5 Boundary-Layer Meteorol (6) : for the largest eddies shed by the cubes. Statistics were then collected and averaged over a further duration of T to ensure statistical convergence. The timestep used in the simulations was.5t at the resolution = h/ and.5t at the resolution = h/6. Therefore, statistics were summed over a total number of.6 million timesteps for = h/ and. million timesteps for = h/6 sampling every timesteps in either case. The importance of using such a long averaging time is explained in Section.. The large number of grid points (6.8 million for run -6), small timestep and long integration time required substantial supercomputing resources even with the highly efficient code used. Each of the runs was performed on or 6 processors on an SGI Altix supercomputer. The highest run -6 alone took about 8 hours per processor running on 6 processors on an SGI Altix 7 supercomputer, or an equivalent total of 8 single processor cpu hours.. Numerical tests.. Grid resolution requirements A well-resolved simulation needs to capture all the dynamically relevant turbulence scales down to dissipation scales. These dissipation scales may be estimated as follows. Assuming that production is approximately equal to dissipation, the dissipation rate may be estimated as ɛ u u/ z,whereu is here defined as the value of the Reynolds stress at z = h. In the canopy flow, the numerical results give u/ z.5u /h,hence ɛ.5u /h, giving a Kolmogorov length scale η (ν /ɛ) /.75h. This gives η.5 for = h/6 and η.5 for = h/. In the shear layer at the top of the array the maximum values of ɛ u /h (as implied by the numerical results), giving η.9h, whichis.5 for = h/6 and.5 for = h/. Hence, the grid size lies between η and η for the highest resolution run -6 and between η and 8η for the standard resolution runs. As pointed out by Moin and Mahesh (998), the smallest length scale that must be resolved depends on the energy spectrum and is typically greater than the Kolmogorov length scale η. For example in curved channel flow most of the dissipation occurs at scales greater than 5η (Moin and Mahesh 998), whereas a computation based on the Pao spectrum (Pao 965) gives a threshold of η. Hence, the present simulations capture the major part of the dissipation spectrum and are therefore well-resolved based on this criterion... Grid resolution tests The sensitivity of the spatially averaged results to grid resolution is shown in Figs. a and b, which plot vertical profiles of the spatially averaged total stress component τ (z) and of the mean wind speed U(z) computed for runs -6, - and -6. There is close agreement between the results for runs - and -6. Figure a shows that the computed stress is almost identical at these two resolutions. The mean velocity computed in the two runs also agrees very well especially within and just above the array; the maximum difference occurs at the top of the domain, and is about 6% there. A direct test of convergence of the finest grid used in run -6 could not be performed but in terms of the statistics of interest in this paper, a doubling of the highest grid resolution would give an estimated agreement with -6 to within about % (based on a Richardson extrapolation). The run -6 took about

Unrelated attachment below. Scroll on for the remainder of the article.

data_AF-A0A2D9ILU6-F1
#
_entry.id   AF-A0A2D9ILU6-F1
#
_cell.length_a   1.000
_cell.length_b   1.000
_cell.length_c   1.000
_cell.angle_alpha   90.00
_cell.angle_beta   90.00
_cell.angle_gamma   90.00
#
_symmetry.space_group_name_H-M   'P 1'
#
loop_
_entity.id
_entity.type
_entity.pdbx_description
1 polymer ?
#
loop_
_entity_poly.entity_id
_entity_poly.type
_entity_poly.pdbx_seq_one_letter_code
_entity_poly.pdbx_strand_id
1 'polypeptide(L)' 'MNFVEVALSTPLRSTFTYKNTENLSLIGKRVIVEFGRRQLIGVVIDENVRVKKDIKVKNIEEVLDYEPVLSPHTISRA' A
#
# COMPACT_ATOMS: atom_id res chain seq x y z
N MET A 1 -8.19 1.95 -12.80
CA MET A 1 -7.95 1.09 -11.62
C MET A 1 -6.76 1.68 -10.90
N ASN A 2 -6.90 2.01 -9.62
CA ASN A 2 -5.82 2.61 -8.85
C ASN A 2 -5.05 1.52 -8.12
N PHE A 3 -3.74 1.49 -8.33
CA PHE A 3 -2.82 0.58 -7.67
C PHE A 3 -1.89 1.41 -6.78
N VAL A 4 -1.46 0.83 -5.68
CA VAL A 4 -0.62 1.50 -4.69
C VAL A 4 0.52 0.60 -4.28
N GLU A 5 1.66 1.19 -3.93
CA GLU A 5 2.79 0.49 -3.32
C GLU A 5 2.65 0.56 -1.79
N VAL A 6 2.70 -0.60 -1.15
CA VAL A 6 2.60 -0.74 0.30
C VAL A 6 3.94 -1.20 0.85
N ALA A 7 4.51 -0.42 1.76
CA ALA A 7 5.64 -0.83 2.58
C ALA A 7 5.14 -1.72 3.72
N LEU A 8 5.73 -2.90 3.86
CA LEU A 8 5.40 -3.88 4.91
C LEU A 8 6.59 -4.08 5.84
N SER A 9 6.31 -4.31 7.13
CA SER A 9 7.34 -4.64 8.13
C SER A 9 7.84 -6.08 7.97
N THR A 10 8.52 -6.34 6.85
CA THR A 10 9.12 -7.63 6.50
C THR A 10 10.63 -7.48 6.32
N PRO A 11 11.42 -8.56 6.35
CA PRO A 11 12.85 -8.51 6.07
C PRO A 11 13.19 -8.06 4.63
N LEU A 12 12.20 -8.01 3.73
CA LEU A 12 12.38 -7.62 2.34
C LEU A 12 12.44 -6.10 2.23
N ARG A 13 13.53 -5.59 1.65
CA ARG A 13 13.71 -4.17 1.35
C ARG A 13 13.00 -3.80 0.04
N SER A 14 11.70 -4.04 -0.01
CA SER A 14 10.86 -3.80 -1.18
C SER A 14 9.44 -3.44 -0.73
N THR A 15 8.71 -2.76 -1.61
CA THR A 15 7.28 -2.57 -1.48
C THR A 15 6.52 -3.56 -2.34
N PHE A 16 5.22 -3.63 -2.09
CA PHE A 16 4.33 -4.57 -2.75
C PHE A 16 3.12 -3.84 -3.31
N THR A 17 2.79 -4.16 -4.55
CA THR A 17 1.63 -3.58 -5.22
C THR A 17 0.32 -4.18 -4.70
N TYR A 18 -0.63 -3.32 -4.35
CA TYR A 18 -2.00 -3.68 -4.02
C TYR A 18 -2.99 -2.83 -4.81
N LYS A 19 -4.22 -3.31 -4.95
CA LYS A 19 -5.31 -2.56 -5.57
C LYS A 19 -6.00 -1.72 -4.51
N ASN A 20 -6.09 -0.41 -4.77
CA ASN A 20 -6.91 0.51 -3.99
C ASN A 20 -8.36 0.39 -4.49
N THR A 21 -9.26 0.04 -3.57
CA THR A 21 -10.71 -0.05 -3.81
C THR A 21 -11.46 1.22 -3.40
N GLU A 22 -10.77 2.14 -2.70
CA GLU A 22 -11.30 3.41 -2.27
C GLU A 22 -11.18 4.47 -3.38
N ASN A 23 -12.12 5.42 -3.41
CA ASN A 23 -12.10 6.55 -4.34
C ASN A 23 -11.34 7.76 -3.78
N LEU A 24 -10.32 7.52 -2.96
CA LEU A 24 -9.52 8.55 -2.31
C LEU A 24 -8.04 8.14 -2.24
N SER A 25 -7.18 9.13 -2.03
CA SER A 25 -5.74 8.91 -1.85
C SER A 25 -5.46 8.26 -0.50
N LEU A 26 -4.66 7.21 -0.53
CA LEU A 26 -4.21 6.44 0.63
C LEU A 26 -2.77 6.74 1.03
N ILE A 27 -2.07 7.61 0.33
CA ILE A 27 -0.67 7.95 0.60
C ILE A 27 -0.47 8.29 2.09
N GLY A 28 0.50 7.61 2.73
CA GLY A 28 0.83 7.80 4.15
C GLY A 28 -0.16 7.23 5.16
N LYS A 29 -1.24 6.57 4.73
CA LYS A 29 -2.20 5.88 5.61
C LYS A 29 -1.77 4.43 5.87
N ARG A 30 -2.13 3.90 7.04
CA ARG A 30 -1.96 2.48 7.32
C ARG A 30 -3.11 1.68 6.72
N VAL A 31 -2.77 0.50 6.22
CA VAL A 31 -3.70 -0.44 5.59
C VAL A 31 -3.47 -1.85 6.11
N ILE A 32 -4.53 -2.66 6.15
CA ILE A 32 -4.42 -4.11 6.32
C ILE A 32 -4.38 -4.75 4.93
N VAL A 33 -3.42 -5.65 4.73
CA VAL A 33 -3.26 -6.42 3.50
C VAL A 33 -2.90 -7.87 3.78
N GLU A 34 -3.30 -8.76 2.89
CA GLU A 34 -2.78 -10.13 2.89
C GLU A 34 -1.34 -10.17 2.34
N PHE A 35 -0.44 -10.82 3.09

6 96 Boundary-Layer Meteorol (6) :9 59 (a) (b) τ /u τ 6 8 U/u τ 6 5 (c) (d) τ /u * 5 5 U/u * Fig. (a) and(b): Effect of grid resolution on computed statistics (results normalised using u τ ). (c) and (d): Effect of domain size on computed statistics (results normalised using u ) 8 single processor cpu hours on an SGI Altix 7 supercomputer. Clearly there is little to gain from the enormous extra computational time that a further doubling of the grid resolution would require. The results of the -6 run are compared against wind-tunnel data in the following sections, and they show very good agreement. The lowest resolution run -6 gives rather large errors. Hanna et al. () and very recently Kanda et al. () performed large-eddy simulation (LES) over groups of cubes with a resolution of only gridpoints per cube. There were discrepancies of up to % in the comparisons of the LES of Hanna et al. () with wind-tunnel data, whereas Kanda et al. () showed little quantitative comparison with data. Stoesser et al. () also recently performed LES of flow over multiple cubes but at a better resolution of 5 gridpoints per cube. Although they had only one cube in the domain (applying periodic boundary conditions), they showed that mean velocity and stress profiles agreed very well with observations. They also found that switching off the subgrid-scale model had virtually no effect on the results. We conclude that simulations over this type of geometry are generally well resolved by h/, at least at the present Reynolds number.